The Market Corner: Overcoming Obstacles to Greater Uptake of Deep Impact Investing Approaches
In April’s second installment, the Market Corner continues its conversation with Sana Kapadia from Gender Smart Investing and Rory Moses, Independent Consultant most recently with the G7 Impact Taskforce and previously Associate Director at Palladium Impact Capital, about the obstacles to greater uptake of deep impact investing approaches like Justice, Equity, Diversity, and Inclusion (JEDI) and systems change investing despite their growing demand (see this month’s first installment for more details).
Track record is everything and the burden of proof remains (unfairly) high.
It is unsurprising that numbers speak in the finance world. However, Sana and Rory have both experienced how the industry’s thirst for numbers and evidence can be difficult to quench and, importantly, get in the way of more systemic change.
“The finance industry is built on track record. Track record is everything.” – Rory
Initiatives like GenderSmart and the wider field of gender finance have produced evidence and made the gender lens investing and JEDI case for more than two decades, but the requests to “prove the [JEDI] business case” remain. Sana finds this finite thinking limiting and points out that “No one is asking for proof that homogenous white male teams and boards are good for business.”
Addressing global systemic inequalities requires, among other things, developing investment ecosystems in emerging markets. In Rory’s experience, however, the implicit “track record” requirement for fund managers makes this objective hard to achieve. According to Rory, “Almost no one is going to invest in a first-time fund manager in an emerging market.” This means there is no bridge to build out capabilities in these markets and therefore a constrained pipeline of funds for investment, further restricting the development of the ecosystem. In the absence of proven local talent, the outdated fly-in, fly-out investor model is therefore perpetuated, as are more traditional views on investing. Fortunately, there are initiatives like the Due Diligence 2.0 commitment that are trying to shift these investment processes and norms — but they face an uphill battle.
Investors can be overwhelmed by impact measurement.
Some investors feel overwhelmed with the myriad ways impact can and needs to be assessed. For example, it was difficult to find agreed upon criteria to classify gender lens investments until the publication of the 2X Challenge Criteria (2X). This straightforward set of criteria for gender lens investing has helped accelerate more investment in women-owned/led businesses, as well as other forms of impact investing. In the gender lens investing community, despite progress, questions around measuring impact and related depth and rigor remain. And, as the field matures and more actors are thinking about the intersection of gender and themes like climate, financial inclusion, and many more, this process of impact measurement and management is getting more layered and more complex.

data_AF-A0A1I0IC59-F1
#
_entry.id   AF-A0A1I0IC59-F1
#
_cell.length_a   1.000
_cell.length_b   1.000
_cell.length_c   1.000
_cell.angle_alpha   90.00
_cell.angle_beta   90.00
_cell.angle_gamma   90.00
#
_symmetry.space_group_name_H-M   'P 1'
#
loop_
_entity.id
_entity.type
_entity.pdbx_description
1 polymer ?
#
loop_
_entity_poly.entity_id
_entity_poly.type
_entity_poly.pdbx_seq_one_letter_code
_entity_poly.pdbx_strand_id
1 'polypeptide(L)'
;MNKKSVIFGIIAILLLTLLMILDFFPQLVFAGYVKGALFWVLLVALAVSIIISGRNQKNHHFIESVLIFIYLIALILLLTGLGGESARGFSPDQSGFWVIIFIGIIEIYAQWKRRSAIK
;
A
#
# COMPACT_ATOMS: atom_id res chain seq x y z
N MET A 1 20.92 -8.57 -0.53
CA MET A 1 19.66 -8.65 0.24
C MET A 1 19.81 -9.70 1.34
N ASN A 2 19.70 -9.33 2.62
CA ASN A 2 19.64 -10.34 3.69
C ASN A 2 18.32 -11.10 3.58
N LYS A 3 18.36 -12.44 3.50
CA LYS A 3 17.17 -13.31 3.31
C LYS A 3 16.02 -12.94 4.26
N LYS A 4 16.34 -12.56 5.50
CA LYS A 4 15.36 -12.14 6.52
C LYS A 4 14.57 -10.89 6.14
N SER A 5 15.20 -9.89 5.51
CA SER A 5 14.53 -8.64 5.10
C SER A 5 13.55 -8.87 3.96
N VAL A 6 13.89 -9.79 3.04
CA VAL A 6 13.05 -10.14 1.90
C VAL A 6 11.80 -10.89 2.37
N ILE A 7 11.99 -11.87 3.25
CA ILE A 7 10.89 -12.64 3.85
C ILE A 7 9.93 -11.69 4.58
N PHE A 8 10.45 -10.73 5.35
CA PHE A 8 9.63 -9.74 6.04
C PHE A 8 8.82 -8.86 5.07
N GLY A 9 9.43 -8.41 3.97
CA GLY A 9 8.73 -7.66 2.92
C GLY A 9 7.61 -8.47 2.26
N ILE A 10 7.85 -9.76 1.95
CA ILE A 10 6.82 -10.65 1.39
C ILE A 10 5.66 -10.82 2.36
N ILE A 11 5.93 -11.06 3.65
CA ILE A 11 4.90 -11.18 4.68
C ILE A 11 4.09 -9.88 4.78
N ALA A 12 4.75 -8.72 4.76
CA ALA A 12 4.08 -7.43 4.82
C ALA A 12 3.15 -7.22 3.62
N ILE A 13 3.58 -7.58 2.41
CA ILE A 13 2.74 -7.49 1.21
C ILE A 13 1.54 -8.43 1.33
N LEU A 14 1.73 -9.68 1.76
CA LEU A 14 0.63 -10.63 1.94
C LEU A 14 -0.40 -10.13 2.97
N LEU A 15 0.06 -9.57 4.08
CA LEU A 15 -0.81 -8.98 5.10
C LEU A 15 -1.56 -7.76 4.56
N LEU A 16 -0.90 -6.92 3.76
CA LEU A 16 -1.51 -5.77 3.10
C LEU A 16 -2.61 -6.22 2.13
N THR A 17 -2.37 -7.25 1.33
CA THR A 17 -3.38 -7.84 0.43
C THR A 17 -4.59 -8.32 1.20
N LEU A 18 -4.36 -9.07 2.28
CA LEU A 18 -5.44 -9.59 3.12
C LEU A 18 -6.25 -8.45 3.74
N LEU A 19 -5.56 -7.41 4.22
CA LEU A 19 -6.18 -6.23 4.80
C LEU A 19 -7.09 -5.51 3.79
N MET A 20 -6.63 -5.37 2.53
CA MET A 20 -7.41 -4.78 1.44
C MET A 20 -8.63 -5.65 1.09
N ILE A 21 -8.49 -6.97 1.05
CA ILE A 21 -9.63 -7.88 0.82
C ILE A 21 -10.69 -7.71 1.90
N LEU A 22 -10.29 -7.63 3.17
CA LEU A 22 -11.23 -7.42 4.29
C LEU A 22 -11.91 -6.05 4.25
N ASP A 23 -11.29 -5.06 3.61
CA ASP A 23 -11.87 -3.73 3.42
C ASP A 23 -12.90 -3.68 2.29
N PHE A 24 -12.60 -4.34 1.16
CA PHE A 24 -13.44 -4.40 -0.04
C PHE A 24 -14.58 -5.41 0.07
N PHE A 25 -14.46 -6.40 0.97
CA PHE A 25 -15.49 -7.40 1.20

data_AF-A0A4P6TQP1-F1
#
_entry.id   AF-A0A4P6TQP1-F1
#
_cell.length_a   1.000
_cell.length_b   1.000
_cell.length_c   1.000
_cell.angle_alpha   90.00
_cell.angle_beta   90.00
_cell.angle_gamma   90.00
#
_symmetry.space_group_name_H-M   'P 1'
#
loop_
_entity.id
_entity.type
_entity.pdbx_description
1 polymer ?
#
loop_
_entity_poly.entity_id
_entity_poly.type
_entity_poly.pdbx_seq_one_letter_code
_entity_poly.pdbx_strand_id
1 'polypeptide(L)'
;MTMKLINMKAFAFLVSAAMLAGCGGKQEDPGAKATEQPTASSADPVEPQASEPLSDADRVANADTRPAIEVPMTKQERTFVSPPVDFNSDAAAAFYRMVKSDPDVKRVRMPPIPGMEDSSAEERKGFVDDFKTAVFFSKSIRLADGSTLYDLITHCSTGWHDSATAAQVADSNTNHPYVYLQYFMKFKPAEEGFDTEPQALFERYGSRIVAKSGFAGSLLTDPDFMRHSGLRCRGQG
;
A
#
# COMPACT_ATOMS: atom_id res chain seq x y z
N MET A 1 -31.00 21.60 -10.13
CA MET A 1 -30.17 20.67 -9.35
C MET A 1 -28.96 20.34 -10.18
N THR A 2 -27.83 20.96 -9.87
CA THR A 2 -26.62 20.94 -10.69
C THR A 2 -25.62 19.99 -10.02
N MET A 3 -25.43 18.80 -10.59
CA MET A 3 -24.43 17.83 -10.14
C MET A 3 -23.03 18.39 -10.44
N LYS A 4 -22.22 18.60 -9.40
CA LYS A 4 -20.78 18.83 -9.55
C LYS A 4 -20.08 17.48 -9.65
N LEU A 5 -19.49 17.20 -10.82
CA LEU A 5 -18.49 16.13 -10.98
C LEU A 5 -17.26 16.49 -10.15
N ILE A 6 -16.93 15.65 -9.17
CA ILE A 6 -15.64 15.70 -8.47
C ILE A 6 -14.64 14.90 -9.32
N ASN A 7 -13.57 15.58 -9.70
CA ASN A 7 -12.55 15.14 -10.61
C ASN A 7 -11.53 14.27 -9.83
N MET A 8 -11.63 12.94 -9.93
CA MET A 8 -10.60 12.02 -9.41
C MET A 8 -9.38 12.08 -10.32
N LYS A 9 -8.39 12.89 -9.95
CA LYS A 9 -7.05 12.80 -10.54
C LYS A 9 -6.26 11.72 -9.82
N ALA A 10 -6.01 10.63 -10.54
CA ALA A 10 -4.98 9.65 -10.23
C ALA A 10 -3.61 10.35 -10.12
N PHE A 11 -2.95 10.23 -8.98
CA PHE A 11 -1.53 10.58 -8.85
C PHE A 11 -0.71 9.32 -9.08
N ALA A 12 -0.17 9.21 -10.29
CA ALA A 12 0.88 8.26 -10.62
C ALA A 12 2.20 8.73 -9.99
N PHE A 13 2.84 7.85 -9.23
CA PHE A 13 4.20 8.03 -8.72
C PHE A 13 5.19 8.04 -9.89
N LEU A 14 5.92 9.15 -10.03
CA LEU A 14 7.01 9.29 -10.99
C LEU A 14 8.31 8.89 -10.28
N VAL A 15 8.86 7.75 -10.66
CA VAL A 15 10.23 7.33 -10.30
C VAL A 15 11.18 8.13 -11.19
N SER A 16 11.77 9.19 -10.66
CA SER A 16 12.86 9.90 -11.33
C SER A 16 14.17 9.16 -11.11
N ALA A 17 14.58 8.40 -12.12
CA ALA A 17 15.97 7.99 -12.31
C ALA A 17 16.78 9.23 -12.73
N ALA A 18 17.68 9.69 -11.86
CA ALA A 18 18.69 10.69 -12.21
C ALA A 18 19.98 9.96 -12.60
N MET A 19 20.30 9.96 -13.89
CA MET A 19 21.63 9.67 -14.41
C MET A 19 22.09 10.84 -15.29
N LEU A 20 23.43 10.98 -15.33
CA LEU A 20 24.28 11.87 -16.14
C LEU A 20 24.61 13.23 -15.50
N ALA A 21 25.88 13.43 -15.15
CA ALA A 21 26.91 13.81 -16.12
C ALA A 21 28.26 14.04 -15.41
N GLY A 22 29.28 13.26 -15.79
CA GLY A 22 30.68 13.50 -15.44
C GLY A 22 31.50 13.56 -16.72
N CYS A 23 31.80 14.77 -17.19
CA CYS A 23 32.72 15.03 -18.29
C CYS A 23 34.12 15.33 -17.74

While 2X has been a game-changer for the finance industry, it is important to expand the criteria for investment approaches with a systems lens, so as to support more systemic approaches. For example, Rory pointed out that Net Zero Investing has attracted a lot of attention (and capital) recently, but some, including Rory, criticize the approach for overlooking the importance of social justice in mitigating climate change impacts. Fortunately, Rory and Sana pointed out that there are several, more holistic approaches including Just Transition Investing, Systems Level Investing, and Equity Impact Investing that are gaining traction among investors and other actors in the finance ecosystem.
Better impact measurement and incentive models are needed to advance impact investing approaches.
The financial industry is very good at aligning financial incentives. There are tried and true methods to financially incentivize managers (e.g., hurdle rate, fees, and upside splits/carry). Setting impact incentives, however, is equally if not more important, but is harder to accomplish. Methodologies and criteria, for example, are still being refined, and the cost of collecting, attributing, and evaluating impact remains high.
Both Rory and Sana agreed that data collection for impact measurement is an area that needs improvement for the industry but referenced 60 Decibels as a pioneer in this challenging field. The 2X criteria is also harmonized across IRIS+, Hippo, and UN Women's Economic Empowerment Principles. In Rory’s Systems Change Investing work, he finds that “it is a constant struggle for investors and management teams to figure out exactly how lean the data can be,” often finding himself in debates about the minimum viable product in terms of impact collection. Despite the challenge, he believes it is critically important to find the right balance between rigor and depth, taking into consideration the existing resource constraints on companies and the heavy burden of data collection and reporting. This data is needed to assess impact, learn from areas of underperformance, and inform future investment decisions by identifying opportunity sets.
Fear of talking about failure.
“No one wants to look as if they are not doing well enough,” says Sana. Rory echoed this by commenting that, “The reason that few people talk about failures in the finance industry is because track record is everything.” Moreover, he pointed out that the industry’s penchant for privacy, in general, does not encourage sharing of information and learning. The GenderSmart community and other such spaces are about fostering forums to have this open, solutions-oriented dialogue and enhance collective capacity, commitment, and action. The impact investing side tends to be more open and collaborative, especially when encouraged by influential impact investors (e.g., Rockefeller Foundation, Open Society Foundation, etc.) who have the power to ensure that they mandate private equity funds to provide data. Carrots and sticks from powerful investors are encouraging some funds to move outside of their comfort zone and share information and lessons learned more freely, but Rory believes industry-wide transparency will only come as a result of regulatory change.